Nearly 2 in 3 home buying couples opt for separate financial accounts despite taking out joint mortgages, avoiding having a joint account.
Do couples really move in together out of love? A recent survey by independent price comparison site NerdWallet has revealed that 63% of couples looking to buy property together are happy to take out a joint mortgage but would rather keep the majority of their finances in separate accounts and not in a joint account.
Of the 63% of couples who want to keep most of their finances separate, 36% said that they only want a joint bank account for shared outgoings, with the rest of their finances remaining in a separate personal account. 27% would rather not have a joint account at all.
Despite the desire to keep their finances separate, it appears that 76% of people still feel that it is important to know everything about their partner’s finances before moving in together.
As well as the need to know everything, as much as 76% are so ‘practically minded’ that they believe it is important to have a declaration of trust in place if one person is putting in more money into a house deposit than the other.
In addition to making sure they are prepared for any potential civil break-ups, 80% believe that considering the financial implications of a break up is important.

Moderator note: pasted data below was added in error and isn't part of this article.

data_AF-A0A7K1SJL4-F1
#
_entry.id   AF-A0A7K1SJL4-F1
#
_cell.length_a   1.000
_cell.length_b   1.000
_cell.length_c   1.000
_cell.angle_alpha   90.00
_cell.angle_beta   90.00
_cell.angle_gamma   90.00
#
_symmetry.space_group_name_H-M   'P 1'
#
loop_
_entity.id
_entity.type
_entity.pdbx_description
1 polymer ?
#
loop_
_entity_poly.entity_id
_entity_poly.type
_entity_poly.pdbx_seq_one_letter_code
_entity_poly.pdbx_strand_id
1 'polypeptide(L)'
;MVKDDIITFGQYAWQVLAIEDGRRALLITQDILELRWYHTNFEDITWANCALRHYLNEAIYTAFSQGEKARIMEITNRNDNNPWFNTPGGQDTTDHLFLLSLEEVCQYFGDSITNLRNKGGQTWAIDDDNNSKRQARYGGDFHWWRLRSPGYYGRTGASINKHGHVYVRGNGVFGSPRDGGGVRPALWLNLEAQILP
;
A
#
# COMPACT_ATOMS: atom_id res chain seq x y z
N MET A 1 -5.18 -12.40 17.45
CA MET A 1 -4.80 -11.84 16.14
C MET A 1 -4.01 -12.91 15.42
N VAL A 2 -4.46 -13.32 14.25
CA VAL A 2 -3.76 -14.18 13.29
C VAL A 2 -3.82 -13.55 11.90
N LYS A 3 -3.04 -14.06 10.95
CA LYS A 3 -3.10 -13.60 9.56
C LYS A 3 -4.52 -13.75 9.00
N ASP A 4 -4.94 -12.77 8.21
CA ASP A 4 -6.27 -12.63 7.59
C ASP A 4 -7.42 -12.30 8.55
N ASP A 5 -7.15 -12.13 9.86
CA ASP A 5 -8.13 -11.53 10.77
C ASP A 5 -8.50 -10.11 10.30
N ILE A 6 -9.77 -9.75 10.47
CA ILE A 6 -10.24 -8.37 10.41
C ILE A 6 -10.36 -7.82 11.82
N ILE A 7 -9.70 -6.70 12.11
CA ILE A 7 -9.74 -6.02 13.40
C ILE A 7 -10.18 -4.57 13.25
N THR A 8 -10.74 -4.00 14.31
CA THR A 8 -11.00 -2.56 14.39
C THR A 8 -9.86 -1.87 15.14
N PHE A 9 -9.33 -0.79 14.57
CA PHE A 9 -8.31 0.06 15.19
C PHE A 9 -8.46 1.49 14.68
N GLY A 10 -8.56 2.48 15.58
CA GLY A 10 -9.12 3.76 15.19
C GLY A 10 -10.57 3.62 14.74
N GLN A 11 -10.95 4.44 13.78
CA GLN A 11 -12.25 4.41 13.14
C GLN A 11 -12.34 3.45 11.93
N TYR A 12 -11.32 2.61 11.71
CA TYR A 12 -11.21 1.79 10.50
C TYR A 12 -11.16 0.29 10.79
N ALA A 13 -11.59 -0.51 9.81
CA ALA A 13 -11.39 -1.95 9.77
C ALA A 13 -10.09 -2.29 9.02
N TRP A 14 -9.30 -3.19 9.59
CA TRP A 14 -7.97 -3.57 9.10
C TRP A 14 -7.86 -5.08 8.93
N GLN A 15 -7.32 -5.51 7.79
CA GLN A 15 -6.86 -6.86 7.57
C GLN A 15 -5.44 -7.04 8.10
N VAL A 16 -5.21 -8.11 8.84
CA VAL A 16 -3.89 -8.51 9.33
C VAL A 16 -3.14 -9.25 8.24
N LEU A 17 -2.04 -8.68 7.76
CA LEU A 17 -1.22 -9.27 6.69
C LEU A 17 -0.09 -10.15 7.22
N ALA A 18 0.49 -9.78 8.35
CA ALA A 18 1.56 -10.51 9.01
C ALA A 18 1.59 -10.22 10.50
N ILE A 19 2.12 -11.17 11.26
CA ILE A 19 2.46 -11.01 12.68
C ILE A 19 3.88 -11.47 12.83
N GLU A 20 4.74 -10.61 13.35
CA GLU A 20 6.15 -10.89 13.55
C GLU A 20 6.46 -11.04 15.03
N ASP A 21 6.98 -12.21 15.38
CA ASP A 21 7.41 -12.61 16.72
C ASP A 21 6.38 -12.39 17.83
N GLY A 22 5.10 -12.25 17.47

As well as the desire to keep things separate, for many of those surveyed (63%), 10% believe that it is only appropriate to ask a partner about their finances when the information is absolutely necessary, i.e. for a loan application, and 11% think that personal finances should be private and it is never appropriate for a partner to ask about it.
Still, couples seem more forgiving when it comes to one partner contributing more to the mortgage or rent than the other. 41% said they’re happy to still split and pay the bills equally compared to 29% who would expect the lower contributor to pay a bigger share of the bills. An additional 15% expected the lower contributor to do more of the house chores, and 9% said they would expect to be treated to being taken out more regularly and for the lower contributor to pay!
“With a joint mortgage being the biggest financial commitment most couples will enter together, it’s encouraging to see that young couples are prioritising transparency and practicality when managing their finances. By being open and honest about their finances, couples can start to understand any challenges that they may face with a mortgage application, and take steps to avoid suffering any property heartache,” said Richard Eagling, Senior Personal Finance Expert at NerdWallet.
Article by NerdWallet. To see the full findings and find out more about NerdWallet, Visit here